A Free Global Handbook for Childhood: How to Measure Socio-economic Indicators and Child-targeted Public Spending in Developing Countries

Massive Discount on Premium (Standard) Membership. Access Grants, Proposals & Resources.Learn more
 

The Global Handbook for Children aims to reinforce the struggle for the rights of the child, the main idea being to provide the methodological tools needed to build and interpret indicators of child health, education and nutrition.

Searching for Project Ideas?
Join Premium and View Hundreds of Sample Proposals from Successful NGOs around the world. Learn more.
 

The first three chapters of the handbook act as a guide for those undertaking socio-economic research on the situation facing children in poor countries, and the fourth chapter turns to measuring the social spending on children in developing countries.

However, a handbook that strives to strengthen analytical capacities with a view to influencing the state should not just limit itself to the calculation of socio-economic indicators. The next step is to evaluate whether or not a government is fulfilling its commitment to respect the rights of the child in terms of access to education, health and nutrition.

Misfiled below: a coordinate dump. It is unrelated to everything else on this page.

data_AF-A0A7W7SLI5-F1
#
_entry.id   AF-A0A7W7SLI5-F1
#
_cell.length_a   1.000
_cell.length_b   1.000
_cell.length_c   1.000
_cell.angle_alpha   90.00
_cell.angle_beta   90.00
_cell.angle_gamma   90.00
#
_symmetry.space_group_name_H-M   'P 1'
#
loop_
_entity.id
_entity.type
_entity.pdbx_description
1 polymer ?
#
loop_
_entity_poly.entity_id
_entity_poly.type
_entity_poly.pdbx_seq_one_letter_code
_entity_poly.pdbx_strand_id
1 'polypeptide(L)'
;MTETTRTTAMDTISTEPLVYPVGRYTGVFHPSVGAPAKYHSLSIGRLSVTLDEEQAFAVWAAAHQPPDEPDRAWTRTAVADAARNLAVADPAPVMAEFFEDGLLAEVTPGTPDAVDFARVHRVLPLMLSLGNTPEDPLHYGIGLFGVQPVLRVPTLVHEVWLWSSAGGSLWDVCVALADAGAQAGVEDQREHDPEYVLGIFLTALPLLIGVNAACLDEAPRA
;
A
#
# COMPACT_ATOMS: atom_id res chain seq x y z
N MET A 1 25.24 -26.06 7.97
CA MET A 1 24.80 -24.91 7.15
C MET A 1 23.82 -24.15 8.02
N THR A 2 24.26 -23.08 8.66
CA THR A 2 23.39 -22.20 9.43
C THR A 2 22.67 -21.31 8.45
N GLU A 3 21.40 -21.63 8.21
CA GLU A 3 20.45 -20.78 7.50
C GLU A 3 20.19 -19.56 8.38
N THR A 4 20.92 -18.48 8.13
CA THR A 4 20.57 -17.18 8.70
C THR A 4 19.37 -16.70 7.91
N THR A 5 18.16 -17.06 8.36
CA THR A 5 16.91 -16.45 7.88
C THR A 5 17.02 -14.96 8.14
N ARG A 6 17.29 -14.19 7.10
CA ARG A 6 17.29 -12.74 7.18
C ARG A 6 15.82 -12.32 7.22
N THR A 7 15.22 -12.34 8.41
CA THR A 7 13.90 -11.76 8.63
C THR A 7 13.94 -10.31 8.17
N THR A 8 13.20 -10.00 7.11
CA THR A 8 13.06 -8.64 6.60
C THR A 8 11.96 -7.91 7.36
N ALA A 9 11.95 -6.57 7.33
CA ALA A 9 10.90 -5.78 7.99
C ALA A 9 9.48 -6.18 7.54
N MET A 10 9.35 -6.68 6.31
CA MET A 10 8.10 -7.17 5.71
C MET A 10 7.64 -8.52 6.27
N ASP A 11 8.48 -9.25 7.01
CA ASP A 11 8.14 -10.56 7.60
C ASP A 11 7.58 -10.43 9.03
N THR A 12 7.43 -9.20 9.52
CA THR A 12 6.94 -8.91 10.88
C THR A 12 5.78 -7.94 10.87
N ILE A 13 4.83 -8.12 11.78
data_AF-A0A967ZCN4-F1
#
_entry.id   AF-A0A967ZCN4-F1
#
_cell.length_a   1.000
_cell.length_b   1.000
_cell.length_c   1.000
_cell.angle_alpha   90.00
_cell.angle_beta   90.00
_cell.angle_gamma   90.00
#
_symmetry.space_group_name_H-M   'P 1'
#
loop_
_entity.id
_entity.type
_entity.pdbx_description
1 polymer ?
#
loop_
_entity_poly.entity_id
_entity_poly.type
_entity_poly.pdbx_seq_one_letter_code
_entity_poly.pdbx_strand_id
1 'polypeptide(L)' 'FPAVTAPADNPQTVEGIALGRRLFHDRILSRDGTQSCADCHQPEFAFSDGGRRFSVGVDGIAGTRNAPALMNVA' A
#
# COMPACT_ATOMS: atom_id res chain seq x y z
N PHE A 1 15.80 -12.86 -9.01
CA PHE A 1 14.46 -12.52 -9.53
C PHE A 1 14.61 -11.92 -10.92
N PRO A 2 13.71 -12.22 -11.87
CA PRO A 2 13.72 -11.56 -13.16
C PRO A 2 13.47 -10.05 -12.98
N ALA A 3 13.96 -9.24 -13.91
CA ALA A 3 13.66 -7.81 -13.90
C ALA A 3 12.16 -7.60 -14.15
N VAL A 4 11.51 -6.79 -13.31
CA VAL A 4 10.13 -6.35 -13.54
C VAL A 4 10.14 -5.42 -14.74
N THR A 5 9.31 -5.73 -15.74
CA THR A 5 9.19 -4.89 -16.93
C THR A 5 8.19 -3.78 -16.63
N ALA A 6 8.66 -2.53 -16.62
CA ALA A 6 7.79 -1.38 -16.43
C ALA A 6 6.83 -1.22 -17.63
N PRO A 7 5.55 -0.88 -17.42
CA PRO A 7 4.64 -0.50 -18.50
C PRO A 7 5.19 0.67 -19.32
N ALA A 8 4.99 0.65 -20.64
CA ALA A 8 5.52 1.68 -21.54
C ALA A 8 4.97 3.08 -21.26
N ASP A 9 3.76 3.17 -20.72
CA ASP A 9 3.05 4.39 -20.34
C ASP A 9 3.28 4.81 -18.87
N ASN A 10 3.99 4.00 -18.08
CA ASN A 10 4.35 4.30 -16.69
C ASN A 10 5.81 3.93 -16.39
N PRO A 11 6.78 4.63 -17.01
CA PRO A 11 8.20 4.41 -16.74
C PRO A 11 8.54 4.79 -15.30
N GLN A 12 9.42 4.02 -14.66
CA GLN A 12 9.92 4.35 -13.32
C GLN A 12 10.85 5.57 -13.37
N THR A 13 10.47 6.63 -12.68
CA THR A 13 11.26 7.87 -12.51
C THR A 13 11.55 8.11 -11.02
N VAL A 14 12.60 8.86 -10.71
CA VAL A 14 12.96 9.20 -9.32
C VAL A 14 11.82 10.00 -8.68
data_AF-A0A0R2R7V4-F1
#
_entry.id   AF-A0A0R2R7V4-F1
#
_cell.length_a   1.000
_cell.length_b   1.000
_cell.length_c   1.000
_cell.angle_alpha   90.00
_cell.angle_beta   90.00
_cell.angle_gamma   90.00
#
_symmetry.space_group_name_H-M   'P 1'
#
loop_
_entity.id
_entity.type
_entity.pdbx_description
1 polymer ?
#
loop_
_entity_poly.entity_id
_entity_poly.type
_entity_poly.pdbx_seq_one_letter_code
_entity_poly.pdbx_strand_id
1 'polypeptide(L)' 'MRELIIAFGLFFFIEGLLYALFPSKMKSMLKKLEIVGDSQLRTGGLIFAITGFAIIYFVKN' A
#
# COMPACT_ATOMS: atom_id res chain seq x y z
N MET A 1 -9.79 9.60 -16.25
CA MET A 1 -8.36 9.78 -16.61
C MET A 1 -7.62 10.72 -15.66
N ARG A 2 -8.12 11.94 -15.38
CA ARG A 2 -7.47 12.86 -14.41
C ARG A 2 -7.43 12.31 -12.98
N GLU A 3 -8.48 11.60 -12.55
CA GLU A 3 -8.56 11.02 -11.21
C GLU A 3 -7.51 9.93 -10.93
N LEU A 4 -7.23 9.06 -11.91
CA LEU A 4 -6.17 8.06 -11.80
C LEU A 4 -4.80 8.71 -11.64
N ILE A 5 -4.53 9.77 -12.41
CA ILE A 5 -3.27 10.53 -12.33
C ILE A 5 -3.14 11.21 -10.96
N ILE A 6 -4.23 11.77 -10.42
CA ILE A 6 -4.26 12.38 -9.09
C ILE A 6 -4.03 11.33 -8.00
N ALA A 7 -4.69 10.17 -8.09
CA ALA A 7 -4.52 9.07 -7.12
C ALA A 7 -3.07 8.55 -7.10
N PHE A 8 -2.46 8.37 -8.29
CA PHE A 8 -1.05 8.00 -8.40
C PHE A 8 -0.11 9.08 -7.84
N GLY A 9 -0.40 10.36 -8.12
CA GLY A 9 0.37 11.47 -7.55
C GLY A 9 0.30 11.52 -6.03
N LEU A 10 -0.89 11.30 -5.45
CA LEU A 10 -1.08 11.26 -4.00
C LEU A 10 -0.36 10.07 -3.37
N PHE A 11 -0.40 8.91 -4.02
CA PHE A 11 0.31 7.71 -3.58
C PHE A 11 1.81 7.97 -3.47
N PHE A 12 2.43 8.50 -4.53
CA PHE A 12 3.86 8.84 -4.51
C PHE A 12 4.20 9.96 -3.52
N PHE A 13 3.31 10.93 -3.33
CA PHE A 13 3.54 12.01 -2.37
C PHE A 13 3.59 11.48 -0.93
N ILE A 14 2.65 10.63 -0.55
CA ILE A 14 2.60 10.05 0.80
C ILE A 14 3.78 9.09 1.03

Search Grants Easily
Premium Members can search for grants and donors. We have a filtered search feature to identify exact opportunities you need. Learn more.
 

To that end, the fourth chapter turns to measuring the social spending on children in developing countries. The aim is to show by means of examples how to construct and interpret indicators of budget execution. Monitoring social spending statistics can thus generate arguments for government to invest more in books than armaments; more in vaccination than bullets.

You can download this handbook for free here.

Receive Funding Alerts by Country or Your Areas of Work
As a Premium Member, you can select to receive the right funding alerts according to your country or areas of work. Join Premium
 
7 Latest and Highly Acclaimed Grants to Create Positive Impact in Developing Countries-min